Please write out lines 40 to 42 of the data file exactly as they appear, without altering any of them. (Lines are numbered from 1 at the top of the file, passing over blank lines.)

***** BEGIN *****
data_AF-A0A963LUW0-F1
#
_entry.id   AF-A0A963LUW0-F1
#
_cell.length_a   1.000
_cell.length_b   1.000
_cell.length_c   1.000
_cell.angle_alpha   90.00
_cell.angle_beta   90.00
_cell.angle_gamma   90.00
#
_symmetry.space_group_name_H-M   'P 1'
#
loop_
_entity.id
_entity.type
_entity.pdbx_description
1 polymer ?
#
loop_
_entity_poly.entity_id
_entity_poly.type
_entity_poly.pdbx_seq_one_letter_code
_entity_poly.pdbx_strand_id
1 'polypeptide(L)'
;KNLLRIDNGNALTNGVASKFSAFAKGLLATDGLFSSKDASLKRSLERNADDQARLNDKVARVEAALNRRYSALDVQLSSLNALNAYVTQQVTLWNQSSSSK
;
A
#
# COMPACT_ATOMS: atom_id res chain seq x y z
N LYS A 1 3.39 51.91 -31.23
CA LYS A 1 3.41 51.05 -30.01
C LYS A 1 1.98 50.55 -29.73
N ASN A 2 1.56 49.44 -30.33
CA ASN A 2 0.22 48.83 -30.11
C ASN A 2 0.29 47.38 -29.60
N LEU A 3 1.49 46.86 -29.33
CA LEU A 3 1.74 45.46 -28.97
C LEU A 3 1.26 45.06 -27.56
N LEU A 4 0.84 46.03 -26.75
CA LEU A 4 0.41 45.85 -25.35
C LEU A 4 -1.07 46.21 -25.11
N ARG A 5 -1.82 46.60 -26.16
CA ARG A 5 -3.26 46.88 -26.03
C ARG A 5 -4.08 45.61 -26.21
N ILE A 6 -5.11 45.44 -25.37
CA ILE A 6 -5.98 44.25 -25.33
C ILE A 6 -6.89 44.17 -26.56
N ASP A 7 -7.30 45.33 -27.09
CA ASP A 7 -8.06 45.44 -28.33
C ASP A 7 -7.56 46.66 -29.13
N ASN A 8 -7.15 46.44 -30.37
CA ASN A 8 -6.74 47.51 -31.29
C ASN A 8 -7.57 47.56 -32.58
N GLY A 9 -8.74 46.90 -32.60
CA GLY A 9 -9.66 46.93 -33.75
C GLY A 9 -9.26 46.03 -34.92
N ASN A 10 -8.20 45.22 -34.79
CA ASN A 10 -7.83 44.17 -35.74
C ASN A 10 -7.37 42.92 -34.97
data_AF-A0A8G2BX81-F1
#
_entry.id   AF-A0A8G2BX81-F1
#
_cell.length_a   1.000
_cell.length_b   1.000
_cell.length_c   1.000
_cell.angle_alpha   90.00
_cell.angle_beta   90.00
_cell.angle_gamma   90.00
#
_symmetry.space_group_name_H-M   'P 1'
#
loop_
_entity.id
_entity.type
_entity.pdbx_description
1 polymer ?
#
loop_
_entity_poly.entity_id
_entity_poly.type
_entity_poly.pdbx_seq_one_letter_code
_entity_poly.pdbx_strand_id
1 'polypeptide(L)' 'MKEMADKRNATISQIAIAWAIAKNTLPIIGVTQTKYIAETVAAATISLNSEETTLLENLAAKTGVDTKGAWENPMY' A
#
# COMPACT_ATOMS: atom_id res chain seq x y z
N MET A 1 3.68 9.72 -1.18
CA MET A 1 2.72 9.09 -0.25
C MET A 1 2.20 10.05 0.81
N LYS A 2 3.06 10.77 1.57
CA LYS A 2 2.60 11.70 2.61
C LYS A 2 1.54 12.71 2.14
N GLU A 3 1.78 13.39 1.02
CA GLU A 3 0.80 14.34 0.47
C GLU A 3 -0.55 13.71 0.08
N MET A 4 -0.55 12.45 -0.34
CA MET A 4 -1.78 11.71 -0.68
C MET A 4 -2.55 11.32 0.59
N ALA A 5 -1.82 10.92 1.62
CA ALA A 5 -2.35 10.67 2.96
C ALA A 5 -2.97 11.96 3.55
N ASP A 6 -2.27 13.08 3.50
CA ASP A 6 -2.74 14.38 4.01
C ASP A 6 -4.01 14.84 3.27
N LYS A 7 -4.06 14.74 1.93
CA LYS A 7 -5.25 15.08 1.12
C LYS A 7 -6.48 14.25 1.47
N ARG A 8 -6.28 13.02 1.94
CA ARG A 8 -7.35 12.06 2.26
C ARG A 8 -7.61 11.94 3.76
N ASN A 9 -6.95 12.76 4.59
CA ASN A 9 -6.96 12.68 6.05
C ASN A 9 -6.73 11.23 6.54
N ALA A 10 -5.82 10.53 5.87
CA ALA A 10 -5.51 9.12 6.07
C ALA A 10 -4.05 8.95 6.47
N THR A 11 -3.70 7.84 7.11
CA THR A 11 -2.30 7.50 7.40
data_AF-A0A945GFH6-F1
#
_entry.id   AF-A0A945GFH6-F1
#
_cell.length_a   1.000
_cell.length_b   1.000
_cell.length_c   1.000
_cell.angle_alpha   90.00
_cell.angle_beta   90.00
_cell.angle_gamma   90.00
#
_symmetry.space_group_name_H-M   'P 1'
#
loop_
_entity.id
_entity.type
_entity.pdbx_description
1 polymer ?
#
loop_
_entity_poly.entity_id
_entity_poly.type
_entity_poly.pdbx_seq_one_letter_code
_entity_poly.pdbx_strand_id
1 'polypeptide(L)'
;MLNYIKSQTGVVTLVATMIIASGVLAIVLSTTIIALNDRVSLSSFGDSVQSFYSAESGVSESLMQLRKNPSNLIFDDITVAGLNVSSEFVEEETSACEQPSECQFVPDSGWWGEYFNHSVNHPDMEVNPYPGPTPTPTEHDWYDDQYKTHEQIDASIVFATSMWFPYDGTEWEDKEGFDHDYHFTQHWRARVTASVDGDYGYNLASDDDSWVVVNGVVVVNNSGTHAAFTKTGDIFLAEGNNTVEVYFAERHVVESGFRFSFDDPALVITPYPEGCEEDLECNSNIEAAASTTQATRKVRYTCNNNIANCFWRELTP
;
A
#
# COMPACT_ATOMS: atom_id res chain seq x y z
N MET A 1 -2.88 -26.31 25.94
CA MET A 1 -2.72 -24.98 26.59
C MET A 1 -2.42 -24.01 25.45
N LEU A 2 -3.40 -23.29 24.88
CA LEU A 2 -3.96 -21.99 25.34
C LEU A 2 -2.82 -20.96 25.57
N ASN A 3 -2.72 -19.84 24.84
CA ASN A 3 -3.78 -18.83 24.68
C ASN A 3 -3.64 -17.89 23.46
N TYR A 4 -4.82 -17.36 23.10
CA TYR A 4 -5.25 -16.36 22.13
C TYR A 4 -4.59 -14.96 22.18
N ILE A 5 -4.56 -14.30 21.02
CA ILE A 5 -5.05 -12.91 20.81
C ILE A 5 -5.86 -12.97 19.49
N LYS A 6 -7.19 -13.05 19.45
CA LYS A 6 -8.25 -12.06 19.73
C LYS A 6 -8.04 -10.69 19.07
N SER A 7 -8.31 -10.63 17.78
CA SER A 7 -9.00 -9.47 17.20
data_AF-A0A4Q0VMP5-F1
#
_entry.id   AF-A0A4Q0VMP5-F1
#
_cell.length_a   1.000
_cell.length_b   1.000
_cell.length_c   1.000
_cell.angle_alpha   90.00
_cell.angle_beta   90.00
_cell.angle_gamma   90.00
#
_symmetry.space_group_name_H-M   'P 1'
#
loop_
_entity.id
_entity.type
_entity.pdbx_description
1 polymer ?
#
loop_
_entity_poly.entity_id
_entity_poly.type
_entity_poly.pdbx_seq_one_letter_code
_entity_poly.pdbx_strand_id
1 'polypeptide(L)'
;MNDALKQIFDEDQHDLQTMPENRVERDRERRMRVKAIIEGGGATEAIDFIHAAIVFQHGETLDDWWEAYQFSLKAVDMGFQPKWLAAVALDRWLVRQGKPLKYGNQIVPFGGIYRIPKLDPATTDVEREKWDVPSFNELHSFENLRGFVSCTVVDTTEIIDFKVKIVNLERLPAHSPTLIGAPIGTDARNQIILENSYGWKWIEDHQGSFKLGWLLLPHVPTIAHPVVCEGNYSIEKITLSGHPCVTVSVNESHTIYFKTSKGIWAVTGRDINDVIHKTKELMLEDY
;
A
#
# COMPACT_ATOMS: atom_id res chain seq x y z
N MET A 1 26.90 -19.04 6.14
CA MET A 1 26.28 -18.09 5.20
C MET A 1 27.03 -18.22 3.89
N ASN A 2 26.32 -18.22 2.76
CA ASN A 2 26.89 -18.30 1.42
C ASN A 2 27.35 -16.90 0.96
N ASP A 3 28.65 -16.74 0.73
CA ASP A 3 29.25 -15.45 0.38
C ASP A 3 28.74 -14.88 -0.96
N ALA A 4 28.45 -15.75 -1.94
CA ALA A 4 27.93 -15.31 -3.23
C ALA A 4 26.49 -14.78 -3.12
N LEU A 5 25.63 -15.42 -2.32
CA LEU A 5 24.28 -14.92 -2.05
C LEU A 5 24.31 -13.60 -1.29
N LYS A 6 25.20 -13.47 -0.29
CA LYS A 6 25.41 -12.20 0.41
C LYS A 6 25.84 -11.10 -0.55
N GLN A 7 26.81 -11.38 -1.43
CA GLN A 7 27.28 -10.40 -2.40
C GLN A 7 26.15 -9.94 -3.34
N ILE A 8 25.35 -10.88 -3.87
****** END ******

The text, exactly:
N LEU A 4 0.84 46.03 -26.75
CA LEU A 4 0.41 45.85 -25.35
C LEU A 4 -1.07 46.21 -25.11